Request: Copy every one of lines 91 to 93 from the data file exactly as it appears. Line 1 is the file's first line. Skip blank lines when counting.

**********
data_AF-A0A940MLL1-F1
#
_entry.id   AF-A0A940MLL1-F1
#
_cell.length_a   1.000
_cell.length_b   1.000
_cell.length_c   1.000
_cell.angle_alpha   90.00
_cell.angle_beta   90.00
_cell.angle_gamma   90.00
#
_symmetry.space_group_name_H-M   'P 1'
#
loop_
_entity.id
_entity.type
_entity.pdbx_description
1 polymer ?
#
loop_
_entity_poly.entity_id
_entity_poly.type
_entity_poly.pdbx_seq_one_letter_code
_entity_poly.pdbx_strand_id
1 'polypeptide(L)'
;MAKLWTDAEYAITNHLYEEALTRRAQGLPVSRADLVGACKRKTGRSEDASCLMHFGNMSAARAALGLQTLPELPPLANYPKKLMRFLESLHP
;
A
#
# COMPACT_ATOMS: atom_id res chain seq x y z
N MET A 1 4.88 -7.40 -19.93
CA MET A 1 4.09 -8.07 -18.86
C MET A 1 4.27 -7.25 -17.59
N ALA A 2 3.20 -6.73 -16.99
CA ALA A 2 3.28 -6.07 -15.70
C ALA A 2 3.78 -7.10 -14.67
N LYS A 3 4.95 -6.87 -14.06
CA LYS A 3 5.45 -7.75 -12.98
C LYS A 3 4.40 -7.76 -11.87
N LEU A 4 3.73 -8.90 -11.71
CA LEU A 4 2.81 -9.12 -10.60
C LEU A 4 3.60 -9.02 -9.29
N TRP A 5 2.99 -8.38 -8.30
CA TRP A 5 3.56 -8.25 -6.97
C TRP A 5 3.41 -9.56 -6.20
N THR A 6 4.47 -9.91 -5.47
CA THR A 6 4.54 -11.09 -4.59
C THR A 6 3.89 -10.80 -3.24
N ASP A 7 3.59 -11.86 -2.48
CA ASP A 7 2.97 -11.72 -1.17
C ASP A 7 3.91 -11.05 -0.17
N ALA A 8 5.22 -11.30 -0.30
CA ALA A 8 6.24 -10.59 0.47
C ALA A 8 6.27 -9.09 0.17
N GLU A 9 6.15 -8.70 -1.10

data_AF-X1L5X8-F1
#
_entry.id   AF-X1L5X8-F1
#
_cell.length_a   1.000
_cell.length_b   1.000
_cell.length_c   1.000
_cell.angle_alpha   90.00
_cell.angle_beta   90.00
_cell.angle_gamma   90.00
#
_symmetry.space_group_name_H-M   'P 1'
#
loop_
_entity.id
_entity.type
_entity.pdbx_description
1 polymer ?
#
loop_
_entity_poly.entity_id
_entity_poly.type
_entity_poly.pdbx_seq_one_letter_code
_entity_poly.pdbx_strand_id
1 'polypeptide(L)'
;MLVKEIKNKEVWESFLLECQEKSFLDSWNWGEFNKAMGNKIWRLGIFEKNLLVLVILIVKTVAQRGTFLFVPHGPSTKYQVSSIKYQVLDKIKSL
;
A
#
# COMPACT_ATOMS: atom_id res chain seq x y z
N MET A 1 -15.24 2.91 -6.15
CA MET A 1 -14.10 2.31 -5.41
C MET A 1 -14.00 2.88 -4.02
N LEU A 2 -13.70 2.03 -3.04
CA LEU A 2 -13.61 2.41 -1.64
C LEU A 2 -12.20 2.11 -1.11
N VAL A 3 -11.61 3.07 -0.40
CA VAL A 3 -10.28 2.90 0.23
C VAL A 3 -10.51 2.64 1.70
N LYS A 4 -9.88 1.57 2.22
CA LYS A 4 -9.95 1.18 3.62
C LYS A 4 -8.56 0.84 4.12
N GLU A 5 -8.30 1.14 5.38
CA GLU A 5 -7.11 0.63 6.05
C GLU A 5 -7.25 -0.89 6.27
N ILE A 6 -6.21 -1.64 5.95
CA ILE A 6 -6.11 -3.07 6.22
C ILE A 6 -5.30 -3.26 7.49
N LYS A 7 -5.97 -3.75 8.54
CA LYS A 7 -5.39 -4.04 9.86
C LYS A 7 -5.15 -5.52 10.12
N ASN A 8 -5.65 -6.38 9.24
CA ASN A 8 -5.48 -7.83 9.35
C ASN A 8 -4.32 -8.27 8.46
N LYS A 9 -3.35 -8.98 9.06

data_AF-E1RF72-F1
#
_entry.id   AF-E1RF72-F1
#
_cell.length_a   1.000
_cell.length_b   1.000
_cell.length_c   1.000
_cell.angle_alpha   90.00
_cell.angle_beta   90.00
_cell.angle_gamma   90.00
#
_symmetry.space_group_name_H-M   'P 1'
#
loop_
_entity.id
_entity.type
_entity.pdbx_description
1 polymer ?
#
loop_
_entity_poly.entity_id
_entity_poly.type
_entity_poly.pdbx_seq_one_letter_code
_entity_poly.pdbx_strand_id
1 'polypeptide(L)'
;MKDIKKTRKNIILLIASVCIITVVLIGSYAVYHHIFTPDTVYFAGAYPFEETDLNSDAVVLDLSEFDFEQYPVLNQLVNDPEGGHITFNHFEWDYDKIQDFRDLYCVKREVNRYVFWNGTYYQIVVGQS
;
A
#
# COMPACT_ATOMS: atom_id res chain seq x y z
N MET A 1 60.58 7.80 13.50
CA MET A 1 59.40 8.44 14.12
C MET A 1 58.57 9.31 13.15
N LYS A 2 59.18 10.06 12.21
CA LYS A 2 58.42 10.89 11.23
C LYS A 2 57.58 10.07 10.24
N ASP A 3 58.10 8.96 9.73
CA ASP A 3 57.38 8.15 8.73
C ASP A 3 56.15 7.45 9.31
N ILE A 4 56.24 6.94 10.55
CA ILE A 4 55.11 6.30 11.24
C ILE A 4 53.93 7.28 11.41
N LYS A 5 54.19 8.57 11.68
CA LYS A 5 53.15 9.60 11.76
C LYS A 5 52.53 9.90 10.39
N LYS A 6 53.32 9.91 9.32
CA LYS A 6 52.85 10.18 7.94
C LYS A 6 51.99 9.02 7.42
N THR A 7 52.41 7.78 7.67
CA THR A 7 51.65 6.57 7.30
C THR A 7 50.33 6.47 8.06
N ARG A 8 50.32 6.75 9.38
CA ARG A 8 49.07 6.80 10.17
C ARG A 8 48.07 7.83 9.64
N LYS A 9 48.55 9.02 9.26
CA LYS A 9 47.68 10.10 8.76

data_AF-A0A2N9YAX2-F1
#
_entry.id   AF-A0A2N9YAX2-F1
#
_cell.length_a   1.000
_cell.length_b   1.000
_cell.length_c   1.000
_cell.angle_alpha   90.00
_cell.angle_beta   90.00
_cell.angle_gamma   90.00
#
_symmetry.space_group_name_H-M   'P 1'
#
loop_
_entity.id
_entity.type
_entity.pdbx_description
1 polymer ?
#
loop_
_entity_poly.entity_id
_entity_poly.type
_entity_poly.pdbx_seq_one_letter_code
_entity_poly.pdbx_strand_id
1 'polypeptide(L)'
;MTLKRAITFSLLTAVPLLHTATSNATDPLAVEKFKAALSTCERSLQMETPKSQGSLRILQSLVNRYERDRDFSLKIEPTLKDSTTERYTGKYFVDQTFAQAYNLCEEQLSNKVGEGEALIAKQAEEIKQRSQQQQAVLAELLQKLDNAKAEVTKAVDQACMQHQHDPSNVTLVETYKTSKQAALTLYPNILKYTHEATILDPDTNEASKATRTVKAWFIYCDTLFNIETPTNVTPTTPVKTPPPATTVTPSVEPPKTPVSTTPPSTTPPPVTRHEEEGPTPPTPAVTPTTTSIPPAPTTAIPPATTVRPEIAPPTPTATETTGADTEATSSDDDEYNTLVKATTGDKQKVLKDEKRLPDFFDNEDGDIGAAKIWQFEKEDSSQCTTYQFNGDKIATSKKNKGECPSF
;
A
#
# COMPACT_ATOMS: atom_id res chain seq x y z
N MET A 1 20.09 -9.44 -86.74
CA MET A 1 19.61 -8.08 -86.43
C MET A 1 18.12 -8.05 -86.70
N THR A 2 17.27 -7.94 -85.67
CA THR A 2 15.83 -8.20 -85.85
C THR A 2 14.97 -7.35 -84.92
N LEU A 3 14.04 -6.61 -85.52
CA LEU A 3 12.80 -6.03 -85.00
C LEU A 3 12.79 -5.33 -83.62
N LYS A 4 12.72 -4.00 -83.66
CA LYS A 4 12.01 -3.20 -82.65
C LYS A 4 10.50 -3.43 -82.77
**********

C LEU A 2 -12.20 2.11 -1.11
N VAL A 3 -11.61 3.07 -0.40
CA VAL A 3 -10.28 2.90 0.23